also at time t0, the high-going EVAL signal transition begins propagating through the falling edge delay circuit 206, thus the EVAL13 del-- signal will remain high. With transfer gate T206 turned on, the high EVAL13 del-- signal continues to generate a low NC2 signal and high PC2 signal. In this manner, initially following the EVAL signal high transition, the sense amplifier group that does not provide read data (sense amplifier group 106-2 in the example of FIG. 3), will remain disabled. Of course, in the event m>1, the remaining sense amplifier groups 106-2 to 106-2m would also remain disabled.

At time t1 , the EVAL signal remains high and the address signal A1 remains low, resulting in the NC1 and PC1 signals continuing to be high and low, respectively. At the same time, the low-going EVAL-- signal transition passes through the falling edge delay circuit 206, resulting in a rising edge being applied to the input of inverter I202. Consequently, the EVAL13 del-- signal transitions low. Because of the low A1 signal value, transfer gate T206 remains turned on, and the low-going EVAL13 del-- signal transition is applied to the input of inverter I210. The NC2 signal is thus driven high and the PC2 signal is driven low. In this manner, a given delay following the EVAL signal transition, those sense amplifier groups that perform only a refresh function will be enabled.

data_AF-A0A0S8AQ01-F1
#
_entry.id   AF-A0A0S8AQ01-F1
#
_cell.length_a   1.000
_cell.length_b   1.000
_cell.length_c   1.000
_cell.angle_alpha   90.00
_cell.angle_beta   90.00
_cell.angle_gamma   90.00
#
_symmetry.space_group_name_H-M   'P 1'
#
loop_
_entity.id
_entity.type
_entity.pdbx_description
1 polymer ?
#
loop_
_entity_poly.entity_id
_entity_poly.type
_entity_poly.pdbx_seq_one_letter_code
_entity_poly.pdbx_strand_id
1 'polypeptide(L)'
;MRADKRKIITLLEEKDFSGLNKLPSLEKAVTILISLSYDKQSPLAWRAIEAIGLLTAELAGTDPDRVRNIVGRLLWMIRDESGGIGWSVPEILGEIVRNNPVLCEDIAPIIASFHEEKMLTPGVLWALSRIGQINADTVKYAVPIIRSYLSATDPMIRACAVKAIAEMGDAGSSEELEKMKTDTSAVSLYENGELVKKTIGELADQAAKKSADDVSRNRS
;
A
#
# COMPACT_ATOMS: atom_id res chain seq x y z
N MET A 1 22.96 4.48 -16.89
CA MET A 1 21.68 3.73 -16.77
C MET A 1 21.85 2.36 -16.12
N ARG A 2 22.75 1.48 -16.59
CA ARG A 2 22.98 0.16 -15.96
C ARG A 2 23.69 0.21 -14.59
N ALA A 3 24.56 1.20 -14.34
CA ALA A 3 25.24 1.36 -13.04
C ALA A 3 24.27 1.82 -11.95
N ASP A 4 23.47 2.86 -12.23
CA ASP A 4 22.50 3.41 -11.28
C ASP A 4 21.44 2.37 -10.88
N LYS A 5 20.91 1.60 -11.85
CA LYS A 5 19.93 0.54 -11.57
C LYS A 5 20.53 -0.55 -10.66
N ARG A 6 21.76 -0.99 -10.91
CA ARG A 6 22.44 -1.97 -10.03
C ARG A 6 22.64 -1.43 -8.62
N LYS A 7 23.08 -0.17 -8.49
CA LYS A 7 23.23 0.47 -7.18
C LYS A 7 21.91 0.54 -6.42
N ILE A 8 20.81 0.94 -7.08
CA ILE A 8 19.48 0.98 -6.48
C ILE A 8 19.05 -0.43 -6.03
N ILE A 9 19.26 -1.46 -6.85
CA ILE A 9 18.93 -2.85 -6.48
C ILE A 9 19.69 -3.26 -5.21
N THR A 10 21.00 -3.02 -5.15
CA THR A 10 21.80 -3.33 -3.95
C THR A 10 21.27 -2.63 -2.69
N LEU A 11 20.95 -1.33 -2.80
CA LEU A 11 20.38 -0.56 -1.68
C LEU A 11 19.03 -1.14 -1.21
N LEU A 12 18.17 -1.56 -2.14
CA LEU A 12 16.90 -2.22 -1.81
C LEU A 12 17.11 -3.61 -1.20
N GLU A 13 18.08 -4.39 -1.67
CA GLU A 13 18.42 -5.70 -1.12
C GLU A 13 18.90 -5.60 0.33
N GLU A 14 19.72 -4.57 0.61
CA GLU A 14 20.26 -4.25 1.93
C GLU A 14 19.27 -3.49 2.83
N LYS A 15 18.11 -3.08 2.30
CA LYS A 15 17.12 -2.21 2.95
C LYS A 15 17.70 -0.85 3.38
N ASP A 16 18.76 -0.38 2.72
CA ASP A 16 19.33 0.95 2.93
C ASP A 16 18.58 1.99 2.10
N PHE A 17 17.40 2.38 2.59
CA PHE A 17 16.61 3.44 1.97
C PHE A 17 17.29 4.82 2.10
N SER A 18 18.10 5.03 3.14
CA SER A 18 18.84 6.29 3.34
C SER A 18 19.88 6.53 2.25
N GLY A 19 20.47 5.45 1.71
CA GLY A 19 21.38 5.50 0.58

At time t2, the EVAL signal returns low, while the A1 address signal remains low. Inverter I200 drives the EVAL13 signal high. Because the falling edge delay circuit 206 only delays the falling edge of the EVAL-- signal, inverter I202 drives the EVAL13 del-- signal high at time t2 as well. Due to the low A1 value, the high EVAL-- signal is coupled to inverter I206 by transfer gate T200 and the high EVAL-- del-- signal is coupled to inverter I210 by transfer gate T206. Consequently, the NC1 and NC2 signals return low, while the PC1 and PC2 signals return high. In this manner, all of the sense amplifier groups are disabled in an essentially simultaneous fashion.